While the economic outlook remains complex with inflation, Fed rate hikes and a war in the mix, two major bank CEOs are not predicting a U.S. recession — at least in the next couple of quarters.
The economy loomed large in quarterly updates this week from banks, which posted lower first-quarter profits across the board.
Asked point-blank by an analyst if he expects negative GDP in the near future, JPMorgan Chase & Co.
CEO Jamie Dimon — one of the most visible leaders on Wall Street — said “no” on Tuesday, as he reflected on cautious remarks in his annual letter to shareholders.
“First of all, I can’t forecast the future any more than anyone else,” Dimon said. “And the Fed forecasts it, and everyone forecasts it, and everyone’s wrong all the time. And I think it’s a mistake. …We know there are going to be ups, we know there are going to be downs. We know the weather’s going to change, and a lot of stuff like that.”
Dimon said he sees very strong underlying growth right now and the U.S. consumer is “not stoppable” as workers benefit from higher employment rates and pay down their credit cards.
“Confidence isn’t high, but the fact that they have money, they’re spending their money, they have $2 trillion still in the savings and checking account,” Dimon said. “Businesses are in good shape. Home prices are up. Credit is extraordinarily good. So you have this, that’s one factor. That’s going to continue in the second quarter, third quarter. And after that, it’s hard to predict.”
CEO David Solomon said Russia’s invasion of Ukraine has further complicated the geopolitical landscape and created an additional level of uncertainty that he expects will outlast the war itself.
“While it is encouraging to see newfound unity among the Western democracies, the trend towards deglobalization is clearly gaining momentum,” Solomon said Wednesday. “The consequences of that shift are likely to be significant and long lasting, and I believe it will take some time to fully appreciate all the second- and third-order ramifications.”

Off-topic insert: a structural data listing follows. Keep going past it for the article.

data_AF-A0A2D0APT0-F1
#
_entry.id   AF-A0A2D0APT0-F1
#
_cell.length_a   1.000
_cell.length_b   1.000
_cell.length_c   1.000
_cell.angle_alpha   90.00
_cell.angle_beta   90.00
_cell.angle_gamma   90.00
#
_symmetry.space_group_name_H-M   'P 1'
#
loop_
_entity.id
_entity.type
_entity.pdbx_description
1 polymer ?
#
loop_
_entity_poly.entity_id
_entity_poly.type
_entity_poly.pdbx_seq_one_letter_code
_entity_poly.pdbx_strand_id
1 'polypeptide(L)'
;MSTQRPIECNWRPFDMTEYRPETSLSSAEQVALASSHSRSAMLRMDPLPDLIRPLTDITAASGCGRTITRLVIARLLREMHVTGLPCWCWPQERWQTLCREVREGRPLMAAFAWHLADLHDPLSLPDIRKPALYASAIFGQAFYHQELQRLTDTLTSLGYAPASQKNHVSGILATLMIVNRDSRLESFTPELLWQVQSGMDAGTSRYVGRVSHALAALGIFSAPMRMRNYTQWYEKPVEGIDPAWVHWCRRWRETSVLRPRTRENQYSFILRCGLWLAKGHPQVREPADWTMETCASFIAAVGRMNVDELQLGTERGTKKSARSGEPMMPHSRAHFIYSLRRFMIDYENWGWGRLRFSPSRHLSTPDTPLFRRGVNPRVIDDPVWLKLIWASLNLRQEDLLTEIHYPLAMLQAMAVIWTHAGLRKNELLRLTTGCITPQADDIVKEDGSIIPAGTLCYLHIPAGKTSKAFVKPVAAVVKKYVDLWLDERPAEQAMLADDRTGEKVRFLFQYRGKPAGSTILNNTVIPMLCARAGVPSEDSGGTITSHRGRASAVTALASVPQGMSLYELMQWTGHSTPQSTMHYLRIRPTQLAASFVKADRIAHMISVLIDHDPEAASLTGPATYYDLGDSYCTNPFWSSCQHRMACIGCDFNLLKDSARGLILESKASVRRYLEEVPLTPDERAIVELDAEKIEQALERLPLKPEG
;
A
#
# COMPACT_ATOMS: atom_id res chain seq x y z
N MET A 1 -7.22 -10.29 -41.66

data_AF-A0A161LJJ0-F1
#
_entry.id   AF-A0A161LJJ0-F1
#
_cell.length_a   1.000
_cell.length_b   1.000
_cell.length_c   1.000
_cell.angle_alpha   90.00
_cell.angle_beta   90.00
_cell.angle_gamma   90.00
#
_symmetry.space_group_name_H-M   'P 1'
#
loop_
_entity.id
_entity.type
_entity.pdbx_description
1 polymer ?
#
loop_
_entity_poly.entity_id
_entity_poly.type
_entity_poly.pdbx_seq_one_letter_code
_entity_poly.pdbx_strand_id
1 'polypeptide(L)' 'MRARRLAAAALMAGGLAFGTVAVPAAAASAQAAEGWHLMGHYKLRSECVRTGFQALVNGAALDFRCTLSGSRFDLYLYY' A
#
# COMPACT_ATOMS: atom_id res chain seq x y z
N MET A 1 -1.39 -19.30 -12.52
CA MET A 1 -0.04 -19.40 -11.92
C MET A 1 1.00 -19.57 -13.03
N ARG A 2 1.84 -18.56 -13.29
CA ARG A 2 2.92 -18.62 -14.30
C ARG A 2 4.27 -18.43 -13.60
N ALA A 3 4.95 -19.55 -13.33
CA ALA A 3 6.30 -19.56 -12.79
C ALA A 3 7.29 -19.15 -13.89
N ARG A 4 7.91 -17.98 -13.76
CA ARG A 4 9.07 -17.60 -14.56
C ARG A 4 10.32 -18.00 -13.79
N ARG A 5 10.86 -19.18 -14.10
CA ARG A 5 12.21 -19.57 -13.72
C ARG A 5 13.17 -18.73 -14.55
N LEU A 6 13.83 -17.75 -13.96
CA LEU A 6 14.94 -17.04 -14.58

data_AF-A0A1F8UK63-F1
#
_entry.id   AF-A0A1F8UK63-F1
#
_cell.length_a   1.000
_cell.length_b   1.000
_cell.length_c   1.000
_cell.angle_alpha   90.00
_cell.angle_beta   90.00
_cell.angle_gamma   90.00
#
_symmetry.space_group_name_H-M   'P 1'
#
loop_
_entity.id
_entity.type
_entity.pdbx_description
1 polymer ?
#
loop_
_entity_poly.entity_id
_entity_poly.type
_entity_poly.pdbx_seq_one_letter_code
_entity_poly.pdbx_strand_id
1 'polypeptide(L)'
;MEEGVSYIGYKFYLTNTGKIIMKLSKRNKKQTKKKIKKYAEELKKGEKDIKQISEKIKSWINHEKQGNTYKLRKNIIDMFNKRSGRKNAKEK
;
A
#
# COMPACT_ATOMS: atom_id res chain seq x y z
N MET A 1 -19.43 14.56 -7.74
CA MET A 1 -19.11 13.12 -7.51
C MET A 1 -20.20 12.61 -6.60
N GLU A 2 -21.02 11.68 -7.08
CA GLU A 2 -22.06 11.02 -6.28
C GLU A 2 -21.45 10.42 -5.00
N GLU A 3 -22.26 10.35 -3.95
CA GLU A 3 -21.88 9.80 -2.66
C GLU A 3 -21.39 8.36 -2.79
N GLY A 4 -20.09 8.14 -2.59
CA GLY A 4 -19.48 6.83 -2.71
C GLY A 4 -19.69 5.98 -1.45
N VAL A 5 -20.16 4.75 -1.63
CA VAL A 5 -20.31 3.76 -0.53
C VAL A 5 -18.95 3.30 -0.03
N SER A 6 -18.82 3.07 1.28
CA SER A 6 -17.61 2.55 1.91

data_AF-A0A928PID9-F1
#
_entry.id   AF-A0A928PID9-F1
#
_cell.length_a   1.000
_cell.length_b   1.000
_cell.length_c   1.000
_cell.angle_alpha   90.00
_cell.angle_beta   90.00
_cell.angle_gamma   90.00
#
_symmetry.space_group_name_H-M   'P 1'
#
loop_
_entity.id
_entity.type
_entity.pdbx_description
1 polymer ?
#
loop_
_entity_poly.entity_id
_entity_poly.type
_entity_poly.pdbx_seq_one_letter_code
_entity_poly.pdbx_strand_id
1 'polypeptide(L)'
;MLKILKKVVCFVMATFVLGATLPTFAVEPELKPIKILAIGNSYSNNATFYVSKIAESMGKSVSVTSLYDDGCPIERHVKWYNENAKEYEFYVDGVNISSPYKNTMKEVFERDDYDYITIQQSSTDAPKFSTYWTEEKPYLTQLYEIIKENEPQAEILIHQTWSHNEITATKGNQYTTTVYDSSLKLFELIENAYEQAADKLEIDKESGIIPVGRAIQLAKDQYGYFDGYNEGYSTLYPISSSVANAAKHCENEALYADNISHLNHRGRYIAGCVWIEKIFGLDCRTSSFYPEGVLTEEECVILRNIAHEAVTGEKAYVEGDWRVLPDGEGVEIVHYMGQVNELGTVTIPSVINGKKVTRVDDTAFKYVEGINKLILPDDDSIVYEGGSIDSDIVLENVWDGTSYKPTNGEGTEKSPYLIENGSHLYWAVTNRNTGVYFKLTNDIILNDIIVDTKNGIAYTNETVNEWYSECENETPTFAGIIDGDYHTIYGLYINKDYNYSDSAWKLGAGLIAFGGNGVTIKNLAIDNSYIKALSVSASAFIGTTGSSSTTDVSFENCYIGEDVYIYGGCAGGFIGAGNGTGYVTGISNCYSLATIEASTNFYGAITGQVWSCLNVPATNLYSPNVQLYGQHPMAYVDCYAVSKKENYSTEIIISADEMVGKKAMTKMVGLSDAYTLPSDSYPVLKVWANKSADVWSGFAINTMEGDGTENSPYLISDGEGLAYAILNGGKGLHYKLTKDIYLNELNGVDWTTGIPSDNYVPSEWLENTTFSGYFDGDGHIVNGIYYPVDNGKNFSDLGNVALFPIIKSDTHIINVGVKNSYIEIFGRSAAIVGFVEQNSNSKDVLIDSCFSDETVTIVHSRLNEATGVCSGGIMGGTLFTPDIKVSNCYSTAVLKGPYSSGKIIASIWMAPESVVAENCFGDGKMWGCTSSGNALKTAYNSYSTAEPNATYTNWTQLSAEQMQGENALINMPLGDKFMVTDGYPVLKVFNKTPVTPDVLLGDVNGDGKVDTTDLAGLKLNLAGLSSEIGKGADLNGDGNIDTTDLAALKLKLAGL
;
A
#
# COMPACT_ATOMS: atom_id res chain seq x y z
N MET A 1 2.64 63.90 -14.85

Solomon said U.S. unemployment levels remain low and wages are increasing, but inflation is the highest it’s been in decades, and while he cited these as complexities to consider he did not use the word “recession” to describe the near future.
“We’re seeing new stress on supply chains and commodity prices, and U.S. households are facing rising gas prices as well as higher prices for food and housing,” Solomon said. “We’re also seeing an increased risk of stagflation and mixed signals on consumer confidence. These cross currents will certainly create ongoing complexity in the economic outlook.”
Goldman also sees “lots of areas” with growth in the economy. Despite a slowdown in investment banking and capital-markets activity, Solomon said deal flow will continue, but slower than the recent bumper-crop years.
“The opportunity to see monetizations, to see transactions, I think continues, just probably not at the same pace and velocity as we saw in 2020 and 2021,” he said.
CEO Jane Fraser said the bank has also heard concerns about the global economy in meetings overseas.
“Back recently from seeing clients in Europe and the Middle East, it is security, yet energy, food, defense, cyber or operational resilience that has risen to the top of their strategic dialogue,” Fraser said on Citi’s quarterly conference call. “The macro outlook for the rest of the year can only be described as complex and uncertain, and while my job is to prepare for all outcomes, our view is that strong nominal income growth and continuing momentum in the labor market will help support near-term growth in the U.S. economy in the face of inflationary pressures.”
Citi expects material regional differences in the impact with economic growth in the individual consumer and businesses in Europe hit hardest, she said.
“Energy and commodities are at the center of the storm globally, but we don’t believe we’re at the start of a new long super-cycle, and we do expect prices to fall to more normal levels,” Fraser said.
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